Ethics of Advocacy
Every advocate must respect some important ethical considerations. As much any attorney or educational professional, the advocate should consider his or her role as one requiring the ultimate sensitivity to a high ethical standard.
1. Confidentiality: It goes without saying that advocates owe the parents and children they represent the highest level of confidentiality. Advocates deal with very personal and confidential issues and they must develop an absolute sense of confidentiality. Even when communicating with the private therapists, educational consultants, and psychologists, it is vital to obtain written authorization for these communications and contacts. An advocate should not forward any documents, letters, or other communications to either private consultants or the school district, without express authorization from the parents.
2. Avoid Conflicts of Interest: Advocates serve their clients by developing good working relationships with school personnel. In the development of these relationships, however, it is vital that the advocate maintain a clear protective line relative to their client/parents. All efforts of school personnel to “bad mouth” the parents, should be stopped immediately. When school personnel start down that road, advise them that you share all communications (verbal and written) with your client. with school personnel. That will stop that behavior. If you client has been acting inappropriately, that is a matter for counseling between yourself and your client and it is not for discussion with the school.
Sometimes school districts will try to use the services of a good advocate, offering to hire them as “school-parent liaisons.” This is a very slippery slope. Many advocates will not attempt to have advocacy clients in the same school district, where they are paid (or even volunteer) “school-parent liaisons.” Remember that full and absolute disclosure of any school relationships or professional involvement is a key to avoiding even the appearance of conflict of interest.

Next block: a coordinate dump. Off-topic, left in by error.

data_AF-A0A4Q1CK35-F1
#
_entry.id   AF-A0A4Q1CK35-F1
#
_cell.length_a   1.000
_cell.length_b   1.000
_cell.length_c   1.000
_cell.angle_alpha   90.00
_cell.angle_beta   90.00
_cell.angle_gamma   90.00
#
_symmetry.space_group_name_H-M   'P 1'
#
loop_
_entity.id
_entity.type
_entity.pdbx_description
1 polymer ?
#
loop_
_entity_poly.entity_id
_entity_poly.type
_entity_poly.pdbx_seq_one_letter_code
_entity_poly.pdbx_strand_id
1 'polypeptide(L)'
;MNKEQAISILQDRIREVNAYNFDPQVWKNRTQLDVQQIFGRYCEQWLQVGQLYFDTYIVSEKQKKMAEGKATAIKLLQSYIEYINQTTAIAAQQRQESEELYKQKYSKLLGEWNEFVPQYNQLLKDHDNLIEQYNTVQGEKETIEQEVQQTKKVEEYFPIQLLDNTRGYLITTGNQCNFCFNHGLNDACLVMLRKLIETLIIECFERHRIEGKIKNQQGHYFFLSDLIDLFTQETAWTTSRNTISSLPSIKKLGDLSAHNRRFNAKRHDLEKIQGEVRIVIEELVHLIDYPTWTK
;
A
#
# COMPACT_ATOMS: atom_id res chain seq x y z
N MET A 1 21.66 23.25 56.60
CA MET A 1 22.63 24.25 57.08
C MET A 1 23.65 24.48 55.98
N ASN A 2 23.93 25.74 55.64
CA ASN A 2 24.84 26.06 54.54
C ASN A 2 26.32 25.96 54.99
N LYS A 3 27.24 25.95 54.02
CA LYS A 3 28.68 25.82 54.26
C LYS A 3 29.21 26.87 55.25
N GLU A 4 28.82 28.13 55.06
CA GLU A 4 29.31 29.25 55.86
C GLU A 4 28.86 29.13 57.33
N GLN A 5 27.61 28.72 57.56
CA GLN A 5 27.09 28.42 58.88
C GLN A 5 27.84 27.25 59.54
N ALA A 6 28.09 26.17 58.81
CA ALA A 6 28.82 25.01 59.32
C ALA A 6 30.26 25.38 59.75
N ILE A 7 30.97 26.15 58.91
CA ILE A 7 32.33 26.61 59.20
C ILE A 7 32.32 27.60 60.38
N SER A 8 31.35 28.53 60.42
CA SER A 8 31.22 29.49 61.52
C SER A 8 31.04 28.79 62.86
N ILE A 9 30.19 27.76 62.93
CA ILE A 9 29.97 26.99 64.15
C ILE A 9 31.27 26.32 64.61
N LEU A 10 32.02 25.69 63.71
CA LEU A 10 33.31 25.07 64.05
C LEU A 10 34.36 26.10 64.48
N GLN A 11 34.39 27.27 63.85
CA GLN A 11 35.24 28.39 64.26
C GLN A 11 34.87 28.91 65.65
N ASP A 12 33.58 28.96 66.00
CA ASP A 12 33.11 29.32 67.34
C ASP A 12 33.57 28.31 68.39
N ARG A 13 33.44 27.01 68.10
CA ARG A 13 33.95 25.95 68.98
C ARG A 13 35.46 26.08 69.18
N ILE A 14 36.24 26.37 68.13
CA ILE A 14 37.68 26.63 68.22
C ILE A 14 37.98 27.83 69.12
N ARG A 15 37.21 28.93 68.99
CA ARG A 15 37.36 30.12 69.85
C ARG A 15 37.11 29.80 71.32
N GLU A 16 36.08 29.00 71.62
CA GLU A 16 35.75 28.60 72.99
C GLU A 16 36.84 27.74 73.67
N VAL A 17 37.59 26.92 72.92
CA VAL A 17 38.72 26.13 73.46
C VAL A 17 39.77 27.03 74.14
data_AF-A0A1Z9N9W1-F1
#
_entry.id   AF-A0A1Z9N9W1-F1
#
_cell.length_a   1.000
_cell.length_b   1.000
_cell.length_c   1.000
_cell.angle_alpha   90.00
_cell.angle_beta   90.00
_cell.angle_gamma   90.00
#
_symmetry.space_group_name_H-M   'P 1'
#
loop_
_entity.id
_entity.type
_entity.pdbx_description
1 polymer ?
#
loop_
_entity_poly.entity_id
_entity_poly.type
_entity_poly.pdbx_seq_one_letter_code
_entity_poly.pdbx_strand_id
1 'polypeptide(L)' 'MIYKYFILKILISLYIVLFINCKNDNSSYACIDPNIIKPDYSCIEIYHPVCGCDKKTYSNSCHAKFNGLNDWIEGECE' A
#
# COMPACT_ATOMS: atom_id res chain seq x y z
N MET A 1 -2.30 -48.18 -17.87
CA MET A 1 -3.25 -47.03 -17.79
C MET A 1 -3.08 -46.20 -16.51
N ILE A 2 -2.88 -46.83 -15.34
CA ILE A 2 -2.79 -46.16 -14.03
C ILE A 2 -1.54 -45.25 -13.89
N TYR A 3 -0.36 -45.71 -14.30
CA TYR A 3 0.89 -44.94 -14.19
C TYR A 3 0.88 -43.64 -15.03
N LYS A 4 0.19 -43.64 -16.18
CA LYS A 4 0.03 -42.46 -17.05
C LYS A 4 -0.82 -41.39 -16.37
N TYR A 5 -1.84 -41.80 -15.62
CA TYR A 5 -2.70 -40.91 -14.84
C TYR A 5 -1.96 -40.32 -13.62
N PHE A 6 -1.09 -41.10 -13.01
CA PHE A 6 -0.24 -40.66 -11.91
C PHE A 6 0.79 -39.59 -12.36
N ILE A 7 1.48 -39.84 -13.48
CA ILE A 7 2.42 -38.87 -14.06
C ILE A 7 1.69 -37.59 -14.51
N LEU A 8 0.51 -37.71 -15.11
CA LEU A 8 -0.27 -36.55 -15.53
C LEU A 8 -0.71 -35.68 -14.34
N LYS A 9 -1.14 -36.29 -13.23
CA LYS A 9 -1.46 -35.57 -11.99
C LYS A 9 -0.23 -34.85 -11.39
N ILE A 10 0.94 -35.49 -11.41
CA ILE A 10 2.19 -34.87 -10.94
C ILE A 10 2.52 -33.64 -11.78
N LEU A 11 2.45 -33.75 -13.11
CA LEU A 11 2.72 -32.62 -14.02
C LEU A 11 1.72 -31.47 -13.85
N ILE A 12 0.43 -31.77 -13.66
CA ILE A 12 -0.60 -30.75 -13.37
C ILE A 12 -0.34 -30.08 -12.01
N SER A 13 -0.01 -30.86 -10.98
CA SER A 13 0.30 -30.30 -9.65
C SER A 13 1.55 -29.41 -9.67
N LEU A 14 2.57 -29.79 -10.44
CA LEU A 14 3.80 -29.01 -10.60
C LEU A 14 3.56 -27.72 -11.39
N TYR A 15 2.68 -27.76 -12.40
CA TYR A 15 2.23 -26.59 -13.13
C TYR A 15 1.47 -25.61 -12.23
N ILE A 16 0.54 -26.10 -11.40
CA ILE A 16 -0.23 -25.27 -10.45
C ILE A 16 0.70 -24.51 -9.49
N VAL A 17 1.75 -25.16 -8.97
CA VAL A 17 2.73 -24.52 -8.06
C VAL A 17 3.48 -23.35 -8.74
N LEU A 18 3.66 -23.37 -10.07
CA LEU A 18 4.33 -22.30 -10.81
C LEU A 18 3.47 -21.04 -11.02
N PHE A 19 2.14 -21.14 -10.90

3. Sensitivity to the special parent – advocate relationship. It is important that the advocate work in a careful relationship to the parents. As represented in the article, the philosophy and ethics of advocacy, the advocate is one who comes alongside to help and support the parent. The advocate has a responsibility to equip the parent to advocate for his or her own child. 4. Professionally high standard of educational, psychological and legal knowledge. It is troublesome to hear an individual say, “I am just an advocate.” In a very real sense the advocate should be one of the most knowledgeable persons at the IEP table. It is very important for the advocate to work and study so that the advocate is able to speak from a position of knowledge and authority. This is looked at in greater detail in the article entitled the “Advocacy Competencies.”
5. Professionally high standard of personal presentation and advocate-school relationships. Too often advocates believe that they must be aggressive in order to effectively advocate. The opposite is true. Aggressive attitudes are most often reflective of insecurity, doubt, and weakness. An advocate, who works to be knowledgeable and professional, should be able to present a firm, confident position grounded in knowledge and experience. To the extent possible, an advocate should work at developing respectful, working relationships with school district personnel. In many school districts it is possible to earn the respect of district decision-makers.
6. Avoiding Unlicensed Practice of Law: The law provides for advocates to support parents in their advocacy for their children with disabilities. By following some basic principles and carefully defining their role limits, advocates can work powerfully for the educational rights of children with disabilities, without hesitation or fear of overstepping the legal limitations of their advocacy. Unfortunately more and more school districts have begun attacking advocates, by accusing them of the unlicensed practice of law. The intention is to intimidate advocates and prevent the from serving children with disabilities. The section entitled, UPL (unlicensed practice of law) provides information to help advocates avoid such school board attacks.